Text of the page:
Chile among other countries, to introduce local water management
institutions. It is perhaps in the transferring of administrative
authority and responsibility to such local organizations that will
provide the most effective means of incorporating consideration of
the environmental repercussions in the water management process. 
      At the same time, the incorporation into public policies of
the consideration of sustainable and integrated water resource
management is not restricted to the creation of local management
agencies. Many countries have been innovating in water quality
management. For example, in Mexico, to meet the demands associated
with the environmental agreements entered into under the North
American Free Trade Agreement, a system of discharge charges under
the 1992 National Waters Law has been introduced. In both Argentina
and Chile, the institutions responsible for water quality control
have recently been strengthened. In general, however, pollution
control and water quality management are areas where there is least
management experience in the region.  It is obvious to most
governments, however, that there is a need for policies and
strategies for controlling pollution; for establishing information
bases on pollutants and water quality; to develop useful technology
for pollution control and treatment of wastes; to advance in
institutional development; and to establish appropriate financing

     Throughout this century, the demands over the water resource
have gradually intensified in most countries of Latin America and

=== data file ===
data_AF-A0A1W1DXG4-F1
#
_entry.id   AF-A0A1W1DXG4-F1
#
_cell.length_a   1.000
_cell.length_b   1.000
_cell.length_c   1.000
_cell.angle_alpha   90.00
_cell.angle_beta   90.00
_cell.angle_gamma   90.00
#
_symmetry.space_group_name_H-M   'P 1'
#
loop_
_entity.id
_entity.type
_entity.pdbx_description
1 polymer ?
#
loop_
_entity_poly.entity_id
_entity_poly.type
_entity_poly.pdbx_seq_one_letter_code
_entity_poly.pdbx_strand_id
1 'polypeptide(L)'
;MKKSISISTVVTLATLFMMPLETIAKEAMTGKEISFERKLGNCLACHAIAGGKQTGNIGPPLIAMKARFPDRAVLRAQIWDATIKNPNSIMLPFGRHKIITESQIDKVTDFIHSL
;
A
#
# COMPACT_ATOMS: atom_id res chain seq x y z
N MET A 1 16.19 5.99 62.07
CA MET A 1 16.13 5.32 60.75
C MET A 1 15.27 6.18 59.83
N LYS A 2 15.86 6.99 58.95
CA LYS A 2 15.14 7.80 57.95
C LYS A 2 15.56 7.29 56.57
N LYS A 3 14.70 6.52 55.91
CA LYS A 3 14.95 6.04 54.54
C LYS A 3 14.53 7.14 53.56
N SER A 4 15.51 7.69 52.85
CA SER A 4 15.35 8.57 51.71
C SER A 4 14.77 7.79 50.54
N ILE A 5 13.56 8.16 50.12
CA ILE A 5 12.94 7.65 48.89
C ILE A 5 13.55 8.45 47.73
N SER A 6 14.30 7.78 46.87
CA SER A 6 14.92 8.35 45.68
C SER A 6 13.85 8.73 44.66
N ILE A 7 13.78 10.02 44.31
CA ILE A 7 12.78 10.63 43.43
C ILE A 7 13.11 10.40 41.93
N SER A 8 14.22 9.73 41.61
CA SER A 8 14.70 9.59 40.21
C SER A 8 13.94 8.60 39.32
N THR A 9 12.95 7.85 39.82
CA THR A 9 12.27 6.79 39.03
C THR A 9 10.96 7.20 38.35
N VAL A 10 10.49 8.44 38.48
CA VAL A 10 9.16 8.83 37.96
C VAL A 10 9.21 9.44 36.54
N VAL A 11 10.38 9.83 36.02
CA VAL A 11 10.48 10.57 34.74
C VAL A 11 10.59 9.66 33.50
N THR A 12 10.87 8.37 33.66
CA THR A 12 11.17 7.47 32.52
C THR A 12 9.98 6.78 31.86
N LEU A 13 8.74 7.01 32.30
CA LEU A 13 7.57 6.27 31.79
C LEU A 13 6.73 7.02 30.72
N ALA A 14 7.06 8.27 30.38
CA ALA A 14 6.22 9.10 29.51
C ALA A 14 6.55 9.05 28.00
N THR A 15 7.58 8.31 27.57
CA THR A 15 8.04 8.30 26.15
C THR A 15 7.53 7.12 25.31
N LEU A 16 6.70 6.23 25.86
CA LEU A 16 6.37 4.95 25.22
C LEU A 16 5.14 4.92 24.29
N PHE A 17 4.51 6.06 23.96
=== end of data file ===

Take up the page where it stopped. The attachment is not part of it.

the Caribbean. The intensification of demands can be expected to
continue as population continues to increase and the economies renew
and increase their growth. Demand will not only continue to
increase, but its nature will change as the economies change. The
changing and multiple role of the water resource will place
tremendous pressure on the ability of managers to cope with the
continually changing issues which must confronted in water
     The necessary progress towards sustainable and integrated
water resource management is still hindered by many factors. One of
the most important is the tremendous deficiency, that still exists
in the provision of effective and efficient water supply and
sanitation services. This important and growing social need,
intensified by the reappearance of cholera in the region in 1991,
does not harbor well for the achievement of sustainable water
management being given a high priority by either political decision-
makers or the public. 
     If the water resource is to properly fulfill its role in
increasing productivity, eliminating poverty and to minimizing the
impact of economic activities on the environment then the
achievement of sustainable management policies must have priority.
So if the lack of adequate water supply and sanitation is an
obstacle than this must be the first challenge that must be
     Looking at the broader context, the years since the Mar del
Plata Conference can be divided, as far as the countries of Latin
America and the Caribbean are concerned, into three  markedly
different periods. The first, which ended in 1982, was characterized
by unprecedented economic growth. It was followed, however, in the
years 1982-1990, by the most serious economic recession since the
1930's. Since 1990, most countries of the region have entered a
renewed period of growth and begun to recover from the effects of
the recession of the 1980's. 
     Both the boom of the 1970's and the recession of the 1980's